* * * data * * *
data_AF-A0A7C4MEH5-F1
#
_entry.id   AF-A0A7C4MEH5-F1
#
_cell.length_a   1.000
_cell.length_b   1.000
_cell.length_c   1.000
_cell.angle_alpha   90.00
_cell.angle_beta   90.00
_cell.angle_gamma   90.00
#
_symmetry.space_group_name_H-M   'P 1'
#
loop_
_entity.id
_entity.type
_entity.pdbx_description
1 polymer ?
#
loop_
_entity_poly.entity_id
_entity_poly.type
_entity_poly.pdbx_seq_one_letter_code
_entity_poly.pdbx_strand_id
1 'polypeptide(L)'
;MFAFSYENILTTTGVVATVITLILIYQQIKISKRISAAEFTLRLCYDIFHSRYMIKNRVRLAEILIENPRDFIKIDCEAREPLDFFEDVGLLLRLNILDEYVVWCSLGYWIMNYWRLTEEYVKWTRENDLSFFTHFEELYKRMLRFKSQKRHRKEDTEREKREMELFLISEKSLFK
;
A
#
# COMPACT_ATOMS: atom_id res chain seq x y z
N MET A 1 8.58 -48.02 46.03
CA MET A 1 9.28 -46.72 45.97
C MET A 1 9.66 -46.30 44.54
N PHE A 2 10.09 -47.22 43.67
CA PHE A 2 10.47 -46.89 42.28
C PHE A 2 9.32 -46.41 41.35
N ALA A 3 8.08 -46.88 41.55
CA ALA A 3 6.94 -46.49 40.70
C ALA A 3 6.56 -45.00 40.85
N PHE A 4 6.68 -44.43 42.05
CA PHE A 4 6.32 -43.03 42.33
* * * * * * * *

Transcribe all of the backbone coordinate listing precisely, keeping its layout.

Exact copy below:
data_AF-A0A7C4MEH5-F1
#
_entry.id   AF-A0A7C4MEH5-F1
#
_cell.length_a   1.000
_cell.length_b   1.000
_cell.length_c   1.000
_cell.angle_alpha   90.00
_cell.angle_beta   90.00
_cell.angle_gamma   90.00
#
_symmetry.space_group_name_H-M   'P 1'
#
loop_
_entity.id
_entity.type
_entity.pdbx_description
1 polymer ?
#
loop_
_entity_poly.entity_id
_entity_poly.type
_entity_poly.pdbx_seq_one_letter_code
_entity_poly.pdbx_strand_id
1 'polypeptide(L)'
;MFAFSYENILTTTGVVATVITLILIYQQIKISKRISAAEFTLRLCYDIFHSRYMIKNRVRLAEILIENPRDFIKIDCEAREPLDFFEDVGLLLRLNILDEYVVWCSLGYWIMNYWRLTEEYVKWTRENDLSFFTHFEELYKRMLRFKSQKRHRKEDTEREKREMELFLISEKSLFK
;
A
#
# COMPACT_ATOMS: atom_id res chain seq x y z
N MET A 1 8.58 -48.02 46.03
CA MET A 1 9.28 -46.72 45.97
C MET A 1 9.66 -46.30 44.54
N PHE A 2 10.09 -47.22 43.67
CA PHE A 2 10.47 -46.89 42.28
C PHE A 2 9.32 -46.41 41.35
N ALA A 3 8.08 -46.88 41.55
CA ALA A 3 6.94 -46.49 40.70
C ALA A 3 6.56 -45.00 40.85
N PHE A 4 6.68 -44.43 42.05
CA PHE A 4 6.32 -43.03 42.33